The Swaziland High Commission in London is the official representative body of the Kingdom of Swaziland in the United Kingdom, Great Britain and Northern Ireland and is also accredited to the following countries: Bulgaria, Cyprus, Greece, Italy, Malta, Portugal, Spain, Denmark, Finland, Iceland, Norway and Sweden.

The Swaziland High Commission in London safeguards and promotes Swaziland political and socio-economic interests in the United Kingdom and other countries of accreditation. As guided by the Swaziland foreign policy and the Swaziland National Development Strategy (NDS), the mandate of the Mission is:

  • To promote and maintain sound and effective socio-economic and political relations between Swaziland and countries of accreditation including Scotland:
  • Strengthening diplomatic ties, economic and trade relations with countries of accreditation:
  • Promote trade and foreign direct investment to Swaziland as an attractive tourist destination: facilitate education and cultural link with countries of accreditation:
  • Secure technical and development assistance through multi and bilateral relations: facilitates mobilization of external resources and enhance Swaziland’s participation in the Commonwealth organisation.
  • Lastly, the Mission is committed to continue providing services and assistance to Swazis living in the countries of accreditation, multilateral and bilateral partners, investors, tourists, charitable organisations and business people.

In addition to being an industrialised country, the United Kingdom is the financial hub of Europe and a recognised leader in the field of technology and politics. The UK is the sixth largest economy in the world with a GDP  of US2.174 billion. The UK is the number one gateway to the European market, giving it easy access to the 27 states of the European Union, the world’s largest single market. The UK is the most important trading partner for Swaziland.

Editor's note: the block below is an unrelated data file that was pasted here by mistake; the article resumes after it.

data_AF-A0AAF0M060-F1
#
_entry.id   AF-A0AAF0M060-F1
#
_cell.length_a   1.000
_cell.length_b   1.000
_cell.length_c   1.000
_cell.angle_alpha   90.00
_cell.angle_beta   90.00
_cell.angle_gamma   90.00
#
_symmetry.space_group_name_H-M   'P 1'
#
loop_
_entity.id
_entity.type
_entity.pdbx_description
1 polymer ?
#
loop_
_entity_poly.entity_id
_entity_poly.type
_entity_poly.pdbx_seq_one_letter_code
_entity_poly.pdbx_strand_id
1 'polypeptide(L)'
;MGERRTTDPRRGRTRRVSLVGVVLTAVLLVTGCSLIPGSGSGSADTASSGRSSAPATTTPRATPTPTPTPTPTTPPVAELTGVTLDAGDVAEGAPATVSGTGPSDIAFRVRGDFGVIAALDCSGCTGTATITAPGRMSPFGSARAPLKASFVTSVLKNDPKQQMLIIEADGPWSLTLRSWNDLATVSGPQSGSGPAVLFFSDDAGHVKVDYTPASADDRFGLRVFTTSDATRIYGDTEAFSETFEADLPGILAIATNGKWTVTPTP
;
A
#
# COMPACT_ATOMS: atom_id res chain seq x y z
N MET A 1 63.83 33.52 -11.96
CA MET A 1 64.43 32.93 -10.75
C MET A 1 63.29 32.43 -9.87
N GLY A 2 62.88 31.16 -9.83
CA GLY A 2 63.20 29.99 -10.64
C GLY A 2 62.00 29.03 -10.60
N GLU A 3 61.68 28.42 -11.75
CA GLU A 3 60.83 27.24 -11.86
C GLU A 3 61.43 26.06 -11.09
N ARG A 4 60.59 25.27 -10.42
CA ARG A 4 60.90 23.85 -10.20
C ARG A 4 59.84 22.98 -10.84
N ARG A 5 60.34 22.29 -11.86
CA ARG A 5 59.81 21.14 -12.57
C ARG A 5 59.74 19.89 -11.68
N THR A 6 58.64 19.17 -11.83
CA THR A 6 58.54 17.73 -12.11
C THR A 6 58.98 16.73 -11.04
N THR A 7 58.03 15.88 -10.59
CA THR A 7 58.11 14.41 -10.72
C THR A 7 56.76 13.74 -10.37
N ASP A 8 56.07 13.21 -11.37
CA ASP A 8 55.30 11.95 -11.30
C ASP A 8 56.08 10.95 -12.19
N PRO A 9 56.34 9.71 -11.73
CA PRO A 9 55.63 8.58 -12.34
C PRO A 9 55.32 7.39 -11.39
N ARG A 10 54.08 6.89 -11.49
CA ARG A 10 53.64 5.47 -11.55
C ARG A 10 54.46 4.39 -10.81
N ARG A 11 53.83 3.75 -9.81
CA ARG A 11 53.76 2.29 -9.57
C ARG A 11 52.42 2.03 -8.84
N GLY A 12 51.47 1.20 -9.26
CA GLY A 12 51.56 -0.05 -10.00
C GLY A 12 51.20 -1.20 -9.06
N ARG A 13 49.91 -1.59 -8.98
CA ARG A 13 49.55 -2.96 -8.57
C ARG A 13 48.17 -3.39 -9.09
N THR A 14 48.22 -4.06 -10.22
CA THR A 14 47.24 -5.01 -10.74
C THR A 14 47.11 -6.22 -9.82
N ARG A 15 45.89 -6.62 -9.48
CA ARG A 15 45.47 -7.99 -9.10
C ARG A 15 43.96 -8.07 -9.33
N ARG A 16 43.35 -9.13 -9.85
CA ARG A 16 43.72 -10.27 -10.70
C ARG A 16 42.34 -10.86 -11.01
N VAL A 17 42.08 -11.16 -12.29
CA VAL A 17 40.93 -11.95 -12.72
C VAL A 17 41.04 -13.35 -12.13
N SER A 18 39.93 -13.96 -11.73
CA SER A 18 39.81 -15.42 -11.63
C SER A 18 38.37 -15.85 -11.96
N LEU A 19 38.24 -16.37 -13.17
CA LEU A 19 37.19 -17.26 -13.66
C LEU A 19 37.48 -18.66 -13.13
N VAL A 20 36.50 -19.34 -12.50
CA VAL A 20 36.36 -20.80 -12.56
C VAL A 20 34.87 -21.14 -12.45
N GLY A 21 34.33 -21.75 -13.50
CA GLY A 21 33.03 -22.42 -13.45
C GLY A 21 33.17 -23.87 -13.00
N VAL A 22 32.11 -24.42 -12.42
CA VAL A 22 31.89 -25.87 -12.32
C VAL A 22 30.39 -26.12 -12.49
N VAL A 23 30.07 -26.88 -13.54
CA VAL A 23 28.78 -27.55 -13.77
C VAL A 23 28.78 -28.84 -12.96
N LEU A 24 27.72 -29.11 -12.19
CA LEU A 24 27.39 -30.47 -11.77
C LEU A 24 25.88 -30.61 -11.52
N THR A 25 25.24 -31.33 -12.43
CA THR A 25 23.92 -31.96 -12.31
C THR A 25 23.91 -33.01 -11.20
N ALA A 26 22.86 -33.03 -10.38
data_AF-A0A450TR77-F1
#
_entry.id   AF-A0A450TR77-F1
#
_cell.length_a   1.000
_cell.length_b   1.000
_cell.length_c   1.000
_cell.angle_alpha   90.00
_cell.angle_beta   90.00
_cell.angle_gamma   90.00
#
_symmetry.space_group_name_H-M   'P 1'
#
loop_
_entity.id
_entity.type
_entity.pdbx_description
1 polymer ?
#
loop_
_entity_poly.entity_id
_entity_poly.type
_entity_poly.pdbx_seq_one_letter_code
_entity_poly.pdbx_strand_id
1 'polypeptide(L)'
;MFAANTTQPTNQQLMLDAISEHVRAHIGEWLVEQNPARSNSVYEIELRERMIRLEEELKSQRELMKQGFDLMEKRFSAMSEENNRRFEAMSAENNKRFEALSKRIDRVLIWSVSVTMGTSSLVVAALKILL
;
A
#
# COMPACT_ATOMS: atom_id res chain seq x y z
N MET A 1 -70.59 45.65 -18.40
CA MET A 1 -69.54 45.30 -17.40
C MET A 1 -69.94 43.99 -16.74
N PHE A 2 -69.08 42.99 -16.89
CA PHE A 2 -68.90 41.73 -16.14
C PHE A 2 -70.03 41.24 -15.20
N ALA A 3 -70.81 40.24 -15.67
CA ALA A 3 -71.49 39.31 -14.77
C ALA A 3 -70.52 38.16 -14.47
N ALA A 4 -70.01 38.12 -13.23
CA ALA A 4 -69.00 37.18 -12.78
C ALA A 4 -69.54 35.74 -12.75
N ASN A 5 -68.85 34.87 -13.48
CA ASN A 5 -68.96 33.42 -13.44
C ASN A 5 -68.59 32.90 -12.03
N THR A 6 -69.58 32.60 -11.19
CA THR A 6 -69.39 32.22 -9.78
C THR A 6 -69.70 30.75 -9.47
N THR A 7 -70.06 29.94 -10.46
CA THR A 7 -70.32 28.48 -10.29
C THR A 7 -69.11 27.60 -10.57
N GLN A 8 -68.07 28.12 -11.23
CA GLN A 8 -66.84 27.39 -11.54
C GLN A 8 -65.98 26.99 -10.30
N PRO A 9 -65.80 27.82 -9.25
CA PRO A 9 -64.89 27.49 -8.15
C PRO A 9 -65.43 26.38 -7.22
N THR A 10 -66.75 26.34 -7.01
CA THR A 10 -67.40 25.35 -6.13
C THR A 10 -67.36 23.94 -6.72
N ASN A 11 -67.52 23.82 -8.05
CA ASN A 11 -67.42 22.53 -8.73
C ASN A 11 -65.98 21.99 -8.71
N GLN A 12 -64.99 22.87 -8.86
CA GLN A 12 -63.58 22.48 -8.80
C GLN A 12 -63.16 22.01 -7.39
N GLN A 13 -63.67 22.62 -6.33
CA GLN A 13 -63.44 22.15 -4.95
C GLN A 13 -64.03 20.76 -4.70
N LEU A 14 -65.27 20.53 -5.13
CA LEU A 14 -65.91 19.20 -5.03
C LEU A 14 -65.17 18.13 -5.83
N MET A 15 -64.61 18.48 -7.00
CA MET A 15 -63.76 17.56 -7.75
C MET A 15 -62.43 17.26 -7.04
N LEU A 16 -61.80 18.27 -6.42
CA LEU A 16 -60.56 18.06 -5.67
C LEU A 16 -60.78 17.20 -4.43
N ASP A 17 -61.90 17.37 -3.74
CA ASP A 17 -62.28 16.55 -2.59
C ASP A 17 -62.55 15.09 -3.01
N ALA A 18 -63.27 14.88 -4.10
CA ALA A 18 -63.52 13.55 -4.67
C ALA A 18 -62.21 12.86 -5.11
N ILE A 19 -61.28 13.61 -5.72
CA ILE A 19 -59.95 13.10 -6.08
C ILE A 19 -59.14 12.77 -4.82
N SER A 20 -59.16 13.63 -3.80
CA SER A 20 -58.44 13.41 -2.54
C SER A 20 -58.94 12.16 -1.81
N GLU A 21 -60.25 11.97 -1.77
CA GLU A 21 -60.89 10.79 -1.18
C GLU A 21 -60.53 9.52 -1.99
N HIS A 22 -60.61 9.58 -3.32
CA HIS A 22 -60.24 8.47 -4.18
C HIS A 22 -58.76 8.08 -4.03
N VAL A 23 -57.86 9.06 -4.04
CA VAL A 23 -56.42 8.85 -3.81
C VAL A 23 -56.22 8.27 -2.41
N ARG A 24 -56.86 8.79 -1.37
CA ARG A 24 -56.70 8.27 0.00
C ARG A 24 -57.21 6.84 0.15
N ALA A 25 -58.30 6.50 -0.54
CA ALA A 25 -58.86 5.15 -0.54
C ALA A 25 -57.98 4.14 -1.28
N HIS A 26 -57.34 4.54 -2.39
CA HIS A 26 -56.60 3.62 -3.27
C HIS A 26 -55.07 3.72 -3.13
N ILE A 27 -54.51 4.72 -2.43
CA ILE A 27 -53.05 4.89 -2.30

The London Mission is strategically placed to continue exploiting theses elements with a view to: broaden Swaziland’s economic participation in the world economy: promoting labour intensive foreign direct investment to Swaziland: promoting tourism to Swaziland and securing market for Swaziland produced products.
The London Mission is better placed to secure technical and developmental assistance from both the UK Government and the governments of countries of accreditation to foster sustained economic growth and poverty reduction.
The London Mission is in addition accredited to
(i) the Commonwealth Organisation
(ii) the Commonwealth Parliamentary Association, and
(iii) International Sugar Association

As these international organisations’ offices are based in London, the Mission is better placed to attend meetings organised by these influential organisations with the sole objective of selling and defending the interests and image of the country in such organisations.
There is a large number of Swazis in diaspora in the UK. The strategic positioning of the London Mission makes it easy for the Swaziland Government through the Mission to provide the necessary services and assistance to the Swazis living in the UK and the other countries of accreditation.

Contact us
Swaziland High Commission
20 Buckinham Gate
SW14 6LB
+44 2076306611 (Tel)
+44 2076306564 (Fax)
This email address is being protected from spambots. You need JavaScript enabled to view it. (email)

The Mission was established in 1968 after the gaining of independence. The establishment of the Mission was through the facilitation by an office which was under the Prime Minister’s office.  Since its inception, the Mission’s main mandate has been centered around maintaining and strengthening the good bilateral relations between Swaziland and the U.S.A.